Fachbereich Mathematik

Foundations of Quantum Mechanics

Practice exam

Exams will be oral exams (20 minutes). Please contact Mrs. Kabagema-Bilan for scheduling and registering your exam.

Conditions for onsite participation:
3G rule (geimpft, genesen oder getestet). That is, you can participate in the classroom only if (a) you are free from Covid symptoms and (b) you can show documentation that you are either fully vaccinated or recovered or tested negatively (within the previous 24 hours by an antigen quick test or within the previous 48 hours by a PCR test). Do-it-yourself-tests will not be accepted. For more details see here.

Lecture notes:

How students rated this course:
Results of evaluation questionnaire (December 2021)

Course language:

This course is offered particularly for the Master in Mathematical Physics Program but is open to all degree programs.

Math: Multivariable calculus (Analysis 2) and linear algebra.
Physics: Prior knowledge is helpful but not required.

It has been claimed that quantum mechanics entails most radical consequences about the world and our knowledge of it, such as the existence of parallel universes, faster-than-light action-at-a-distance, limitations to what we can know, that reality itself be paradoxical, or that electrons become real only when observed. On the other hand, it has been claimed that quantum mechanics, in its orthodox formulation, be "unprofessional" (J. Bell), "incoherent" (A. Einstein), "incomprehensible" (R. Feynman), and "insane" (E. Schrödinger). We will investigate these claims, their basis and merits. The course will involve advanced mathematics, as appropriate for a serious discussion of quantum mechanics, but will not focus on technical methods of problem-solving. This course, intended for physics and math students, focuses on what can be concluded from quantum mechanics about the nature of reality.

Topics will include most of the following: The Schrödinger equation, the Born rule, self-adjoint matrices, axioms of the quantum formalism, the double-slit experiment, non-locality and Bell’s theorem, the paradox of Schrödinger's cat, the quantum measurement problem, Heisenberg's uncertainty relation, interpretations of quantum mechanics (Copenhagen, Bohm's trajectories, Everett's many worlds, spontaneous collapse theories, quantum logic, perhaps others), views of Bohr and Einstein, the Einstein-Podolsky-Rosen argument, no-hidden-variables theorems, and identical particles.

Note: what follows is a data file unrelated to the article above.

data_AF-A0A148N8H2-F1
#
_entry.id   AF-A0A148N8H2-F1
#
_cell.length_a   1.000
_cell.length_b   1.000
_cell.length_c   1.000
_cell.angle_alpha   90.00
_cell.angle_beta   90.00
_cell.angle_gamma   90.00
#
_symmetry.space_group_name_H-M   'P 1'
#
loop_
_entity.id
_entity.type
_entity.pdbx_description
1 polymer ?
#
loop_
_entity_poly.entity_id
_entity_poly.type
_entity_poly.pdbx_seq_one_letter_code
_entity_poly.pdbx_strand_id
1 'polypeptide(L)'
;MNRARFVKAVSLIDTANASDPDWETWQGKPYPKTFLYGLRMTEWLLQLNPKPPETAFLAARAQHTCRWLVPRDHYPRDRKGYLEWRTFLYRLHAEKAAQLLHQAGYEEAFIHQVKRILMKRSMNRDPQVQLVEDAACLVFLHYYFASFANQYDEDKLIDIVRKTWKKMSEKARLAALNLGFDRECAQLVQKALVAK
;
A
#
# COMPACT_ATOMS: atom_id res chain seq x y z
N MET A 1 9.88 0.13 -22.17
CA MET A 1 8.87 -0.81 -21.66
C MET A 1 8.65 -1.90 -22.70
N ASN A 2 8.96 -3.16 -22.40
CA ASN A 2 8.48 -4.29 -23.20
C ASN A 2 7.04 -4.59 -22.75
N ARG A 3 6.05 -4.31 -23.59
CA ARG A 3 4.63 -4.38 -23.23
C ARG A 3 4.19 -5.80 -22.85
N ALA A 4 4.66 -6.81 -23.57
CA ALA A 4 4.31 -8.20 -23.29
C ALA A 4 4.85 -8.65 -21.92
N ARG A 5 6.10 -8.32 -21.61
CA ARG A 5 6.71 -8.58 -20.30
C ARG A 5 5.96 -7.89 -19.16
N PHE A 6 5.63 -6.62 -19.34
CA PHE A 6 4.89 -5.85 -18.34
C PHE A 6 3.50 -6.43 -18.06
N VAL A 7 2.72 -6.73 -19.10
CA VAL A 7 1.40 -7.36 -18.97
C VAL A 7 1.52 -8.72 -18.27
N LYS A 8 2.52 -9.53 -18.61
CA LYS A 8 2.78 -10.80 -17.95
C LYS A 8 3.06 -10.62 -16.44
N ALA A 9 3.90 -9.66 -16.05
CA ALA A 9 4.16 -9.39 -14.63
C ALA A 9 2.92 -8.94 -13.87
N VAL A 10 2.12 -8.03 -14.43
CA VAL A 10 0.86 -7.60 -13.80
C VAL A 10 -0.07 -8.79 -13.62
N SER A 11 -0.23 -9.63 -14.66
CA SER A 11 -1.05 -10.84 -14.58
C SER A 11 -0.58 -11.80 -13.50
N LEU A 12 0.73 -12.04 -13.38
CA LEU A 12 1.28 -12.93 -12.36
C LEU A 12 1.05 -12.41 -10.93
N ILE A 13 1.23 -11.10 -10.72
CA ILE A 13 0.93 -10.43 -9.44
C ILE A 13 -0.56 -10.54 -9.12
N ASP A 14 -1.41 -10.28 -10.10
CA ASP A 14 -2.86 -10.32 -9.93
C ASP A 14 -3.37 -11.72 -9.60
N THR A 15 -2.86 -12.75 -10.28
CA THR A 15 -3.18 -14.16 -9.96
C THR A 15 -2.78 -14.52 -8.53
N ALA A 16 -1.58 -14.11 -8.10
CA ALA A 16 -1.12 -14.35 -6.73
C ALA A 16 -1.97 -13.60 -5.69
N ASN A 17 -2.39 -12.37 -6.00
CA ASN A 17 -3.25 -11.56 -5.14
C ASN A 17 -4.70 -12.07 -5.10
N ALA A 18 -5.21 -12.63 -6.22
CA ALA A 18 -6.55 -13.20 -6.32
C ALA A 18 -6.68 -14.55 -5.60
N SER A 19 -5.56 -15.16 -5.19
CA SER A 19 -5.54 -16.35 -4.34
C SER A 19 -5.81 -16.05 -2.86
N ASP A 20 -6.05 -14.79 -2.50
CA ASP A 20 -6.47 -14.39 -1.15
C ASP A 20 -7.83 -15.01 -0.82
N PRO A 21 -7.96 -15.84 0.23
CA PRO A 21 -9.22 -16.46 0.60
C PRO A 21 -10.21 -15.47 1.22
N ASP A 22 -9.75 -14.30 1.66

Learning goals:
To understand the rules of quantum mechanics; to understand several important views of how the quantum world works; to understand what is controversial about the orthodox interpretation and why; to be familiar with the surprising phenomena and paradoxes of quantum mechanics.

The two weekly 90-minute lectures are accompanied by one weekly 90-minute exercise class. The weekly homework assignment will comprise math problems, essay questions, and reading assignments (3-8 pages per week). Participants need to register on the URM website for the exercises.

ECTS credits:
9 points

Online or on campus?
If the pandemic situation permits, the classes will be taught on campus (in lecture hall N14, C building, level 3). Simultaneously, the class will be accessible online via zoom, and lectures will be recorded, so it will also be possible to participate online. For participation on campus, the number of seats will be limited, and if the demand exceeds that number then we will take turns.

Course grade:
will be based on an oral exam.

The instructor provides his lecture notes and weekly reading assignments.
Additional suggestions:

  • J. S. Bell: Speakable and Unspeakable in Quantum Mechanics, 2nd ed. Cambridge University Press (2004)
  • J. Bricmont: Making Sense of Quantum Mechanics. Springer-Verlag (2016)
  • T. Norsen: Foundations of Quantum Mechanics. Springer-Verlag (2017)

Further reading for math students: